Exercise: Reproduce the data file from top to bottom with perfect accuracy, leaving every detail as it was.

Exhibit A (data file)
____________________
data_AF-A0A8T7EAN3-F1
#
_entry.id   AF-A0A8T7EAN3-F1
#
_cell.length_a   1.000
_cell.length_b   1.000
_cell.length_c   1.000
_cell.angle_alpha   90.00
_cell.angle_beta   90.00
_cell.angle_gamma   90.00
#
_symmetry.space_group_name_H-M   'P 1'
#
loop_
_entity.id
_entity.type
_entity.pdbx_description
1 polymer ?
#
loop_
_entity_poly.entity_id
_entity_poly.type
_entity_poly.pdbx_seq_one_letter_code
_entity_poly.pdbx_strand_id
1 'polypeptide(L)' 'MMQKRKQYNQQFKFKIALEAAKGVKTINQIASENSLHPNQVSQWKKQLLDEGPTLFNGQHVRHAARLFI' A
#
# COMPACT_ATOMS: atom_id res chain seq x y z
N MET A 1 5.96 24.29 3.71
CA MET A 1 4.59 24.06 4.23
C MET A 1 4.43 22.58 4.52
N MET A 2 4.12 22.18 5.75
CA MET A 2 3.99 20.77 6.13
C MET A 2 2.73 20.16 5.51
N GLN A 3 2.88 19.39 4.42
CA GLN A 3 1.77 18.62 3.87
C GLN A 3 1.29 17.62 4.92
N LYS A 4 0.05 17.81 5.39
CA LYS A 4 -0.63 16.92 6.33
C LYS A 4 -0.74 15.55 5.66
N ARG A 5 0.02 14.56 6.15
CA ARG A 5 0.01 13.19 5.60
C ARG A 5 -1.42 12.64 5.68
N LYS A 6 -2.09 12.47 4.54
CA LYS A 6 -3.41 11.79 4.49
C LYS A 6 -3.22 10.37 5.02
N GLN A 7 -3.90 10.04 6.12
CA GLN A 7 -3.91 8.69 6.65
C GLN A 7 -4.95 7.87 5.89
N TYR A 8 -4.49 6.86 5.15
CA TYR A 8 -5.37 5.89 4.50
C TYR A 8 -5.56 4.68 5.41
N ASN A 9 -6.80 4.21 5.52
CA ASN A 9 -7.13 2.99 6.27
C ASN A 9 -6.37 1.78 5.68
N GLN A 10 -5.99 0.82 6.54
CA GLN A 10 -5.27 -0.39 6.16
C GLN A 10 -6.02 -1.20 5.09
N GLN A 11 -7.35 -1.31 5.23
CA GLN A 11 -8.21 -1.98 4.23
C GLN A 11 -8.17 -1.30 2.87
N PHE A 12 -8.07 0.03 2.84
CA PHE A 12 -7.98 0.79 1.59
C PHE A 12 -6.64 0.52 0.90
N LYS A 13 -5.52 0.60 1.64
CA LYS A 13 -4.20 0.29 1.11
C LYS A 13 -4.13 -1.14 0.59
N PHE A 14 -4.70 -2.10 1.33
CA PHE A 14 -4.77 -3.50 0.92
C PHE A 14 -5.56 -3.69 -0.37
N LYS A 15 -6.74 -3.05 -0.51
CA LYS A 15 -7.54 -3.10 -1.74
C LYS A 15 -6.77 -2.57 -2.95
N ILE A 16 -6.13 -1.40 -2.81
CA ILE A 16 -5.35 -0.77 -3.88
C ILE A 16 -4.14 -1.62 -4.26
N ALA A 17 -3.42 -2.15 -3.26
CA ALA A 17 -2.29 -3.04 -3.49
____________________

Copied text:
data_AF-A0A8T7EAN3-F1
#
_entry.id   AF-A0A8T7EAN3-F1
#
_cell.length_a   1.000
_cell.length_b   1.000
_cell.length_c   1.000
_cell.angle_alpha   90.00
_cell.angle_beta   90.00
_cell.angle_gamma   90.00
#
_symmetry.space_group_name_H-M   'P 1'
#
loop_
_entity.id
_entity.type
_entity.pdbx_description
1 polymer ?
#
loop_
_entity_poly.entity_id
_entity_poly.type
_entity_poly.pdbx_seq_one_letter_code
_entity_poly.pdbx_strand_id
1 'polypeptide(L)' 'MMQKRKQYNQQFKFKIALEAAKGVKTINQIASENSLHPNQVSQWKKQLLDEGPTLFNGQHVRHAARLFI' A
#
# COMPACT_ATOMS: atom_id res chain seq x y z
N MET A 1 5.96 24.29 3.71
CA MET A 1 4.59 24.06 4.23
C MET A 1 4.43 22.58 4.52
N MET A 2 4.12 22.18 5.75
CA MET A 2 3.99 20.77 6.13
C MET A 2 2.73 20.16 5.51
N GLN A 3 2.88 19.39 4.42
CA GLN A 3 1.77 18.62 3.87
C GLN A 3 1.29 17.62 4.92
N LYS A 4 0.05 17.81 5.39
CA LYS A 4 -0.63 16.92 6.33
C LYS A 4 -0.74 15.55 5.66
N ARG A 5 0.02 14.56 6.15
CA ARG A 5 0.01 13.19 5.60
C ARG A 5 -1.42 12.64 5.68
N LYS A 6 -2.09 12.47 4.54
CA LYS A 6 -3.41 11.79 4.49
C LYS A 6 -3.22 10.37 5.02
N GLN A 7 -3.90 10.04 6.12
CA GLN A 7 -3.91 8.69 6.65
C GLN A 7 -4.95 7.87 5.89
N TYR A 8 -4.49 6.86 5.15
CA TYR A 8 -5.37 5.89 4.50
C TYR A 8 -5.56 4.68 5.41
N ASN A 9 -6.80 4.21 5.52
CA ASN A 9 -7.13 2.99 6.27
C ASN A 9 -6.37 1.78 5.68
N GLN A 10 -5.99 0.82 6.54
CA GLN A 10 -5.27 -0.39 6.16
C GLN A 10 -6.02 -1.20 5.09
N GLN A 11 -7.35 -1.31 5.23
CA GLN A 11 -8.21 -1.98 4.23
C GLN A 11 -8.17 -1.30 2.87
N PHE A 12 -8.07 0.03 2.84
CA PHE A 12 -7.98 0.79 1.59
C PHE A 12 -6.64 0.52 0.90
N LYS A 13 -5.52 0.60 1.64
CA LYS A 13 -4.20 0.29 1.11
C LYS A 13 -4.13 -1.14 0.59
N PHE A 14 -4.70 -2.10 1.33
CA PHE A 14 -4.77 -3.50 0.92
C PHE A 14 -5.56 -3.69 -0.37
N LYS A 15 -6.74 -3.05 -0.51
CA LYS A 15 -7.54 -3.10 -1.74
C LYS A 15 -6.77 -2.57 -2.95
N ILE A 16 -6.13 -1.40 -2.81
CA ILE A 16 -5.35 -0.77 -3.88
C ILE A 16 -4.14 -1.62 -4.26
N ALA A 17 -3.42 -2.15 -3.26
CA ALA A 17 -2.29 -3.04 -3.49